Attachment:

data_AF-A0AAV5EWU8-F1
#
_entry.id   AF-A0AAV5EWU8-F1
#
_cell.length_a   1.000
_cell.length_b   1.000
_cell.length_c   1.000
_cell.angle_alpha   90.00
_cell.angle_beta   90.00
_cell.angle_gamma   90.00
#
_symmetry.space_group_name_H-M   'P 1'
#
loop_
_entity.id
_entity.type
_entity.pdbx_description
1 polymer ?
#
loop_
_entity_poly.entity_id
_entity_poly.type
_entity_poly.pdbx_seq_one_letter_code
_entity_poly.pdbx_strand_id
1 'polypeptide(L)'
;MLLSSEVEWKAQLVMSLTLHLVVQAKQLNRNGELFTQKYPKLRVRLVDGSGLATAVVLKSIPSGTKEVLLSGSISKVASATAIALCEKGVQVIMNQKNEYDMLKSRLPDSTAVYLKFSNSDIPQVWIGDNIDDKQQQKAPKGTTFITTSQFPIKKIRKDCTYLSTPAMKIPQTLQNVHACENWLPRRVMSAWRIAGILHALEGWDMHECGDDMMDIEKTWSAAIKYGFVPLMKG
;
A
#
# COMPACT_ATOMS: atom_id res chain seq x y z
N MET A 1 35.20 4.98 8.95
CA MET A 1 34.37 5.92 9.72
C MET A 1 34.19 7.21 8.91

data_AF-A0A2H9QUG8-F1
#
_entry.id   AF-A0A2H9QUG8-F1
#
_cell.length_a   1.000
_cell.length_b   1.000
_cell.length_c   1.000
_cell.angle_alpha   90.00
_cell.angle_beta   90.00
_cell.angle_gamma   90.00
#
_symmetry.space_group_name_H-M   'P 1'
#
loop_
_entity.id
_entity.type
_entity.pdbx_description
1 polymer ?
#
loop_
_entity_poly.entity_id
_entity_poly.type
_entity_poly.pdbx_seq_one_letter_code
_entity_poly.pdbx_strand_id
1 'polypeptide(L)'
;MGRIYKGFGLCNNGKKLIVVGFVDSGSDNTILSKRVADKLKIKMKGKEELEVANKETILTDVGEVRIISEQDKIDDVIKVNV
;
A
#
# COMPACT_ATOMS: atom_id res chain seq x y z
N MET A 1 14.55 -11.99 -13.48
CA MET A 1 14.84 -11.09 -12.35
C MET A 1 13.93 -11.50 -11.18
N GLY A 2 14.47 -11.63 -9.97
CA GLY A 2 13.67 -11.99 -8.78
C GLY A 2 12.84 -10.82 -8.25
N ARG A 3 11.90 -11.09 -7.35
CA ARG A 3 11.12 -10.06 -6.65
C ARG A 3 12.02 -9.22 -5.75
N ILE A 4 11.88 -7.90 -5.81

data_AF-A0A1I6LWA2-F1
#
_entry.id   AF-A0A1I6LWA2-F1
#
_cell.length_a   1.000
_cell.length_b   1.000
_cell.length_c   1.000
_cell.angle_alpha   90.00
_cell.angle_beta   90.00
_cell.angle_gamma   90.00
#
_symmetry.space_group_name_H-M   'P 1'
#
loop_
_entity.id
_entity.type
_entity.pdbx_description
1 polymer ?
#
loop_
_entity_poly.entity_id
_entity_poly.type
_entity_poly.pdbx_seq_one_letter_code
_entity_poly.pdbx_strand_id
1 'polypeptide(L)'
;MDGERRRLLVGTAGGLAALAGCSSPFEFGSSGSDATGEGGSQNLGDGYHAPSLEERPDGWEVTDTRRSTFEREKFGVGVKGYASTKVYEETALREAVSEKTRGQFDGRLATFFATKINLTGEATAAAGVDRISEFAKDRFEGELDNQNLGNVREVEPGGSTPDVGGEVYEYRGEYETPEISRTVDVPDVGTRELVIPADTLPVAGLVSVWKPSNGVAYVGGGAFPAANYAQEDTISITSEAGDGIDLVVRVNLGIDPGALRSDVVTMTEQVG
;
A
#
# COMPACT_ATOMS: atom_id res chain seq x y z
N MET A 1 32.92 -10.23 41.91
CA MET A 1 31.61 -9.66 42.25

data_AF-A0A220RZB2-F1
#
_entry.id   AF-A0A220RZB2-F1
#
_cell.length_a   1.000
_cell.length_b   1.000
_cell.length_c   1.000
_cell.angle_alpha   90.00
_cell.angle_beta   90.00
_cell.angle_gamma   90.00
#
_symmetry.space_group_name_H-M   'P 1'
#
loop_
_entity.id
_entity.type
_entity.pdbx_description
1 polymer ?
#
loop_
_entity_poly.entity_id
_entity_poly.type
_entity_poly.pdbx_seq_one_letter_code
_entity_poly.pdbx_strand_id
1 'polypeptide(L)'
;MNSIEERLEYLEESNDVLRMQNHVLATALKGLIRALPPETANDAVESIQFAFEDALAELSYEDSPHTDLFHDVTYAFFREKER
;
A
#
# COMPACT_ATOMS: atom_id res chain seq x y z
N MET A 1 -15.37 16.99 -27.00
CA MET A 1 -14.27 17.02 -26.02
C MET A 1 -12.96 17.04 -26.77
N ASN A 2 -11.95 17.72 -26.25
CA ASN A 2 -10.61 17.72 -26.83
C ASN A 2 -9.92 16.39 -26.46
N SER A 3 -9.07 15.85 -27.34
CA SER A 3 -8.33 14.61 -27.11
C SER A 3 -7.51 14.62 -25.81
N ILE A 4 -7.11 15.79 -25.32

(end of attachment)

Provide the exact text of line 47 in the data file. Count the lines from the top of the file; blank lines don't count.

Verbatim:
loop_